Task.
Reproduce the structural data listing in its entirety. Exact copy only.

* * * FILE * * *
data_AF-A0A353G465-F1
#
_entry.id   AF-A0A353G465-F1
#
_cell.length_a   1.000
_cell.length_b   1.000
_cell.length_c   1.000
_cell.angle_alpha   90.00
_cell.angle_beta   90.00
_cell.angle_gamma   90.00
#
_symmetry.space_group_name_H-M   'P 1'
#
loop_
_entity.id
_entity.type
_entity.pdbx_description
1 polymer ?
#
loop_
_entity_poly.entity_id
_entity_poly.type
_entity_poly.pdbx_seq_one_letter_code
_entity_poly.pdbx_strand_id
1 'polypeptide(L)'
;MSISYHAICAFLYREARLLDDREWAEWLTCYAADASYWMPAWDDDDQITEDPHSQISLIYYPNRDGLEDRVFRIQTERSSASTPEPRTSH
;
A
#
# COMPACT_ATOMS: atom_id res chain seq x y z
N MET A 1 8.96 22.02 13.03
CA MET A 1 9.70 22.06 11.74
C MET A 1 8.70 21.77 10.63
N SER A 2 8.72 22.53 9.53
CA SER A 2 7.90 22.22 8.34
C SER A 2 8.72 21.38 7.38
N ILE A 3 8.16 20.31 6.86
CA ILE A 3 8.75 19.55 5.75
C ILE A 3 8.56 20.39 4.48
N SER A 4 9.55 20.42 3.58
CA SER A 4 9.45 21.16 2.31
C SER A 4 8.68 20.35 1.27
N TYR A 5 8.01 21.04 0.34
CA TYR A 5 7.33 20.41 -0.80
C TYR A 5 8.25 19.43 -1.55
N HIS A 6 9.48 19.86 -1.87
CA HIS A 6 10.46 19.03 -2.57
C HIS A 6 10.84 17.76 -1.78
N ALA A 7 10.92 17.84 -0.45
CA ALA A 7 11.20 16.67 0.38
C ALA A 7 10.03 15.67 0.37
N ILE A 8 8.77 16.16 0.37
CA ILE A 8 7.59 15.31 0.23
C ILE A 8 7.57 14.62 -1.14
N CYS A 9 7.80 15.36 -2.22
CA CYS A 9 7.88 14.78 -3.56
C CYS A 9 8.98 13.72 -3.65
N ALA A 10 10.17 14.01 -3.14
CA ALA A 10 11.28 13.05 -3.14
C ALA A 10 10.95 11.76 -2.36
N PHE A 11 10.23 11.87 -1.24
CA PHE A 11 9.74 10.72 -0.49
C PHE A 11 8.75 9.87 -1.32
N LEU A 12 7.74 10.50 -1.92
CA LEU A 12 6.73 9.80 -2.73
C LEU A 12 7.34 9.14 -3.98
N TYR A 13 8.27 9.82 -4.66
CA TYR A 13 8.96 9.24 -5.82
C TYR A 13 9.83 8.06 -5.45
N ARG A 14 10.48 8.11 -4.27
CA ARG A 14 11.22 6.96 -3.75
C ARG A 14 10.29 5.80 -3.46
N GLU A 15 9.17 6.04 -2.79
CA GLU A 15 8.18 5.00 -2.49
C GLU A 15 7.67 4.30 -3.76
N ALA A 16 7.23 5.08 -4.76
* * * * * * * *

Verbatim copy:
data_AF-A0A353G465-F1
#
_entry.id   AF-A0A353G465-F1
#
_cell.length_a   1.000
_cell.length_b   1.000
_cell.length_c   1.000
_cell.angle_alpha   90.00
_cell.angle_beta   90.00
_cell.angle_gamma   90.00
#
_symmetry.space_group_name_H-M   'P 1'
#
loop_
_entity.id
_entity.type
_entity.pdbx_description
1 polymer ?
#
loop_
_entity_poly.entity_id
_entity_poly.type
_entity_poly.pdbx_seq_one_letter_code
_entity_poly.pdbx_strand_id
1 'polypeptide(L)'
;MSISYHAICAFLYREARLLDDREWAEWLTCYAADASYWMPAWDDDDQITEDPHSQISLIYYPNRDGLEDRVFRIQTERSSASTPEPRTSH
;
A
#
# COMPACT_ATOMS: atom_id res chain seq x y z
N MET A 1 8.96 22.02 13.03
CA MET A 1 9.70 22.06 11.74
C MET A 1 8.70 21.77 10.63
N SER A 2 8.72 22.53 9.53
CA SER A 2 7.90 22.22 8.34
C SER A 2 8.72 21.38 7.38
N ILE A 3 8.16 20.31 6.86
CA ILE A 3 8.75 19.55 5.75
C ILE A 3 8.56 20.39 4.48
N SER A 4 9.55 20.42 3.58
CA SER A 4 9.45 21.16 2.31
C SER A 4 8.68 20.35 1.27
N TYR A 5 8.01 21.04 0.34
CA TYR A 5 7.33 20.41 -0.80
C TYR A 5 8.25 19.43 -1.55
N HIS A 6 9.48 19.86 -1.87
CA HIS A 6 10.46 19.03 -2.57
C HIS A 6 10.84 17.76 -1.78
N ALA A 7 10.92 17.84 -0.45
CA ALA A 7 11.20 16.67 0.38
C ALA A 7 10.03 15.67 0.37
N ILE A 8 8.77 16.16 0.37
CA ILE A 8 7.59 15.31 0.23
C ILE A 8 7.57 14.62 -1.14
N CYS A 9 7.80 15.36 -2.22
CA CYS A 9 7.88 14.78 -3.56
C CYS A 9 8.98 13.72 -3.65
N ALA A 10 10.17 14.01 -3.14
CA ALA A 10 11.28 13.05 -3.14
C ALA A 10 10.95 11.76 -2.36
N PHE A 11 10.23 11.87 -1.24
CA PHE A 11 9.74 10.72 -0.49
C PHE A 11 8.75 9.87 -1.32
N LEU A 12 7.74 10.50 -1.92
CA LEU A 12 6.73 9.80 -2.73
C LEU A 12 7.34 9.14 -3.98
N TYR A 13 8.27 9.82 -4.66
CA TYR A 13 8.96 9.24 -5.82
C TYR A 13 9.83 8.06 -5.45
N ARG A 14 10.48 8.11 -4.27
CA ARG A 14 11.22 6.96 -3.75
C ARG A 14 10.29 5.80 -3.46
N GLU A 15 9.17 6.04 -2.79
CA GLU A 15 8.18 5.00 -2.49
C GLU A 15 7.67 4.30 -3.76
N ALA A 16 7.23 5.08 -4.76